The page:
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Special Collections Online at The University of Tennessee

New Market Railroad Construction Photograph

 Collection
Identifier: MS-3327

This photograph depicts workers using a steam-driven shovel to repair railroad tracks in New Market, Tennessee. A number of civilians, including women in dresses and hats, are observing them. The damage to the tracks may have been incurred during the New Market Train Wreck (1904). A caption written across the top of the photograph reads Mr. Ed. King, New Market, Tennessee.

Dates

  • circa 1905

Conditions Governing Access

Collections are stored offsite, and a minimum of 2 business days are needed to retrieve these items for use. Researchers interested in consulting any of the collections are advised to contact Special Collections.

Conditions Governing Use

The copyright interests in this collection remain with the creator. For more information, contact the Special Collections Library.

Extent

1.5 Linear Feet

Abstract

This photograph depicts workers using a steam-driven shovel to repair railroad tracks in New Market, Tennessee. A number of civilians, including women in dresses and hats, are observing them. The damage to the tracks may have been incurred during the New Market Train Wreck (1904). A caption written across the top of the photograph reads Mr. Ed. King, New Market, Tennessee.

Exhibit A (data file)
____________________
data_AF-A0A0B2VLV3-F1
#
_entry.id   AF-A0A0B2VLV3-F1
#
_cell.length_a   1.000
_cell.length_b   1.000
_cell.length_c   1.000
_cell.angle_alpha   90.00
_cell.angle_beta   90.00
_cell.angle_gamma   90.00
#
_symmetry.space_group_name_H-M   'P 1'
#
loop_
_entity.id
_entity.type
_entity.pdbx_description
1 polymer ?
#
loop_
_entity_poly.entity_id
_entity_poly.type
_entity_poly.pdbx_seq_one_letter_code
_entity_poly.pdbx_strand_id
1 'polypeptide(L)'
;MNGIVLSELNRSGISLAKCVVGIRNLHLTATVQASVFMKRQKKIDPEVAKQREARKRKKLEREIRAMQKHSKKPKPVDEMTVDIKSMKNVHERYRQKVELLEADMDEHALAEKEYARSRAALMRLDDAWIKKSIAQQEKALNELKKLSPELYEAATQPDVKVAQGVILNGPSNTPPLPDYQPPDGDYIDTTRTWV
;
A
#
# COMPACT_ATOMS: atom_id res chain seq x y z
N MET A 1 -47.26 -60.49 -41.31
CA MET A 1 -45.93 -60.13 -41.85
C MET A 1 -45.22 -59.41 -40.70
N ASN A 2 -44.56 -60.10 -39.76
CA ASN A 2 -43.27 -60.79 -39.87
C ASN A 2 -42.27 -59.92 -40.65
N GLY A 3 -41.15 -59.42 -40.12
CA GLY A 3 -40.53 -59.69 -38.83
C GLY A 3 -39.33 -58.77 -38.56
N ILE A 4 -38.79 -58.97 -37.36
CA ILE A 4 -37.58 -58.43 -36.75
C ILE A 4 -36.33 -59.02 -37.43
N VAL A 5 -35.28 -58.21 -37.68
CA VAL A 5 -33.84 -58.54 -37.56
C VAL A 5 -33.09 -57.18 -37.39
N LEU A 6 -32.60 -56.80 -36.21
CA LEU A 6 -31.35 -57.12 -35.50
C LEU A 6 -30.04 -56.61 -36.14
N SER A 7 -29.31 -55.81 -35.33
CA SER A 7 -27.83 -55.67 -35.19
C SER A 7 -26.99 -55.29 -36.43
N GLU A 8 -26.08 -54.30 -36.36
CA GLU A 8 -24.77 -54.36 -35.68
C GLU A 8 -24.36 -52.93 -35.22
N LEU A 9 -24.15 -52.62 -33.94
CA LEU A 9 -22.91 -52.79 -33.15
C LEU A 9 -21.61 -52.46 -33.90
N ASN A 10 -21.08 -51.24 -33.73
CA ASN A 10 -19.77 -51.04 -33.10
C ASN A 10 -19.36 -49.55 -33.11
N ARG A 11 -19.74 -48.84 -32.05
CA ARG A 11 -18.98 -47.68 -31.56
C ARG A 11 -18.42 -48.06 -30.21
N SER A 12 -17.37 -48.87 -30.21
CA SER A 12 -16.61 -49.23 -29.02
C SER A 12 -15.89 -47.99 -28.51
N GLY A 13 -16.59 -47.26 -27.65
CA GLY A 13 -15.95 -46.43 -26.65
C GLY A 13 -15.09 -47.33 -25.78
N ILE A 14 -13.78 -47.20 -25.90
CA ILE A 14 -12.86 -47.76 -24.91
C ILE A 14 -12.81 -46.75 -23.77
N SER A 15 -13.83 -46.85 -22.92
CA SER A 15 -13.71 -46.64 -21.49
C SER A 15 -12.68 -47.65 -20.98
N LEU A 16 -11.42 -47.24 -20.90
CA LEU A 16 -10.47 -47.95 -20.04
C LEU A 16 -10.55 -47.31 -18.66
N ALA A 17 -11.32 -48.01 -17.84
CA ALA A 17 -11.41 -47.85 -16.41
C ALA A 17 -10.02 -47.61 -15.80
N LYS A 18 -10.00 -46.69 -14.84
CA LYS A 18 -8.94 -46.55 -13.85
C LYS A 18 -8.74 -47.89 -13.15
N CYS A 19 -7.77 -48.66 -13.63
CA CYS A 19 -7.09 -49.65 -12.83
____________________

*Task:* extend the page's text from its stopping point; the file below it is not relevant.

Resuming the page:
Biographical/Historical Note

The New Market Train Wreck took place on September 24, 1904 and proved the need for a double train track in the city. It involved Train 15 (a local train out of Bristol) and the Carolina Special (out of Chattanooga). Both trains were using the same track, and standard procedure indicated that the local train would pull off at the Hodges Switch between New Market and Strawberry Plains to allow the larger Special to pass. The conductor on Train 15, however, was told stop on a side track in New Market instead. For reasons unknown, Train 15 did not stop when it reached New Market but continued through on the side track. Numerous people saw this error and attempted to warn the Special that their track was not clear, but their warnings were not received in time. By the time the two crews spotted each other (on Joseph Whitaker's farm near Lost Creek) it was too late. The trains collided at a combined speed of approximately 110 miles per hour, and it is estimated that 113 were killed. At the time, the disaster was the worst train wreck in North American history.

Arrangement

This collection consists of a single folder.

Acquisition Note

The University of Tennessee's Special Collections Library purchased this photograph in March of 2009.

Repository Details

Part of the Betsey B. Creekmore Special Collections and University Archives, The University of Tennessee, Knoxville Repository

Contact:
The University of Tennessee, Knoxville
Knoxville TN 37996 USA
865-974-4480